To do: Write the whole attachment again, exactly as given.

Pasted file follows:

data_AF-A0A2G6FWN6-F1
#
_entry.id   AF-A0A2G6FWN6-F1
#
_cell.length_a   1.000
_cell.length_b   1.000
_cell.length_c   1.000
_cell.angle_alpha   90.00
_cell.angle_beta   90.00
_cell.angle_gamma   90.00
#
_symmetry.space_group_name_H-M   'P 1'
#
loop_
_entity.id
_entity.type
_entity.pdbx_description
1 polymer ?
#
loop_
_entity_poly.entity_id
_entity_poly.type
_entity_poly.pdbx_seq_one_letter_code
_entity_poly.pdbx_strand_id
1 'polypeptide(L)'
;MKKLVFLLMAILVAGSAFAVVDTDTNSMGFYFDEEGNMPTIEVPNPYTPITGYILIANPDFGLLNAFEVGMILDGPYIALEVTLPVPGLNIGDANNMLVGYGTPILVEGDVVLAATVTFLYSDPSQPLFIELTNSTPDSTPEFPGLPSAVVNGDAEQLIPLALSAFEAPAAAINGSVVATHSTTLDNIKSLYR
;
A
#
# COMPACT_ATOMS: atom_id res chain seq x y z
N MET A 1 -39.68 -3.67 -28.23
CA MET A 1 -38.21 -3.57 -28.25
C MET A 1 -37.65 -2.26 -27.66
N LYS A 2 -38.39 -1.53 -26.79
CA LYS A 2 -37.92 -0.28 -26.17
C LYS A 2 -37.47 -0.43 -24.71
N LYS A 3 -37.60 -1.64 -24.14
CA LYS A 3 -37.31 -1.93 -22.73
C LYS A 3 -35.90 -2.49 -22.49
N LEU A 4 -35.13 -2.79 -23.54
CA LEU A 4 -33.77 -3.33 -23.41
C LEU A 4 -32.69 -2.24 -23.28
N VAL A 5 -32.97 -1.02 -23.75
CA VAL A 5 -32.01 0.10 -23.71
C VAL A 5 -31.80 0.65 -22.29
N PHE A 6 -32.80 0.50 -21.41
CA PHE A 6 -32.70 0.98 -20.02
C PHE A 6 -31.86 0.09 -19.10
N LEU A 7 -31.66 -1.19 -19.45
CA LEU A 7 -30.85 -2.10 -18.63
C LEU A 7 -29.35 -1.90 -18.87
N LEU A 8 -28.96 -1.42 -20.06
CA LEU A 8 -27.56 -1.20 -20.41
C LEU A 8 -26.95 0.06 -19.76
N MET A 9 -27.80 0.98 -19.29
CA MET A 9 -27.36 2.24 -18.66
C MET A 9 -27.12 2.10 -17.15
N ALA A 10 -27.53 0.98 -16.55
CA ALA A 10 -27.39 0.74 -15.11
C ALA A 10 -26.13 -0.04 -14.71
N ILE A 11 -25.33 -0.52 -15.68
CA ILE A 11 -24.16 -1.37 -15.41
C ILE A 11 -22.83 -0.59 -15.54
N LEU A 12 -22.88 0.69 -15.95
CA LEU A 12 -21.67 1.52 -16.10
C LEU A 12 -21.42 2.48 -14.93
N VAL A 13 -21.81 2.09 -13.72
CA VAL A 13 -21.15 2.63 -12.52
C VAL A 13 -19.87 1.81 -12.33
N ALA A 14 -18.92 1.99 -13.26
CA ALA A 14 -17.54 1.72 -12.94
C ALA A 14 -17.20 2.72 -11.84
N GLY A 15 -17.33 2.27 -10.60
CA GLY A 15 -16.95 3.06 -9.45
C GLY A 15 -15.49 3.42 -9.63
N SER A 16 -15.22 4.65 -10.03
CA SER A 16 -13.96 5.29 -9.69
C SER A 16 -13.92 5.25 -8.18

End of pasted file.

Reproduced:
data_AF-A0A2G6FWN6-F1
#
_entry.id   AF-A0A2G6FWN6-F1
#
_cell.length_a   1.000
_cell.length_b   1.000
_cell.length_c   1.000
_cell.angle_alpha   90.00
_cell.angle_beta   90.00
_cell.angle_gamma   90.00
#
_symmetry.space_group_name_H-M   'P 1'
#
loop_
_entity.id
_entity.type
_entity.pdbx_description
1 polymer ?
#
loop_
_entity_poly.entity_id
_entity_poly.type
_entity_poly.pdbx_seq_one_letter_code
_entity_poly.pdbx_strand_id
1 'polypeptide(L)'
;MKKLVFLLMAILVAGSAFAVVDTDTNSMGFYFDEEGNMPTIEVPNPYTPITGYILIANPDFGLLNAFEVGMILDGPYIALEVTLPVPGLNIGDANNMLVGYGTPILVEGDVVLAATVTFLYSDPSQPLFIELTNSTPDSTPEFPGLPSAVVNGDAEQLIPLALSAFEAPAAAINGSVVATHSTTLDNIKSLYR
;
A
#
# COMPACT_ATOMS: atom_id res chain seq x y z
N MET A 1 -39.68 -3.67 -28.23
CA MET A 1 -38.21 -3.57 -28.25
C MET A 1 -37.65 -2.26 -27.66
N LYS A 2 -38.39 -1.53 -26.79
CA LYS A 2 -37.92 -0.28 -26.17
C LYS A 2 -37.47 -0.43 -24.71
N LYS A 3 -37.60 -1.64 -24.14
CA LYS A 3 -37.31 -1.93 -22.73
C LYS A 3 -35.90 -2.49 -22.49
N LEU A 4 -35.13 -2.79 -23.54
CA LEU A 4 -33.77 -3.33 -23.41
C LEU A 4 -32.69 -2.24 -23.28
N VAL A 5 -32.97 -1.02 -23.75
CA VAL A 5 -32.01 0.10 -23.71
C VAL A 5 -31.80 0.65 -22.29
N PHE A 6 -32.80 0.50 -21.41
CA PHE A 6 -32.70 0.98 -20.02
C PHE A 6 -31.86 0.09 -19.10
N LEU A 7 -31.66 -1.19 -19.45
CA LEU A 7 -30.85 -2.10 -18.63
C LEU A 7 -29.35 -1.90 -18.87
N LEU A 8 -28.96 -1.42 -20.06
CA LEU A 8 -27.56 -1.20 -20.41
C LEU A 8 -26.95 0.06 -19.76
N MET A 9 -27.80 0.98 -19.29
CA MET A 9 -27.36 2.24 -18.66
C MET A 9 -27.12 2.10 -17.15
N ALA A 10 -27.53 0.98 -16.55
CA ALA A 10 -27.39 0.74 -15.11
C ALA A 10 -26.13 -0.04 -14.71
N ILE A 11 -25.33 -0.52 -15.68
CA ILE A 11 -24.16 -1.37 -15.41
C ILE A 11 -22.83 -0.59 -15.54
N LEU A 12 -22.88 0.69 -15.95
CA LEU A 12 -21.67 1.52 -16.10
C LEU A 12 -21.42 2.48 -14.93
N VAL A 13 -21.81 2.09 -13.72
CA VAL A 13 -21.15 2.63 -12.52
C VAL A 13 -19.87 1.81 -12.33
N ALA A 14 -18.92 1.99 -13.26
CA ALA A 14 -17.54 1.72 -12.94
C ALA A 14 -17.20 2.72 -11.84
N GLY A 15 -17.33 2.27 -10.60
CA GLY A 15 -16.95 3.06 -9.45
C GLY A 15 -15.49 3.42 -9.63
N SER A 16 -15.22 4.65 -10.03
CA SER A 16 -13.96 5.29 -9.69
C SER A 16 -13.92 5.25 -8.18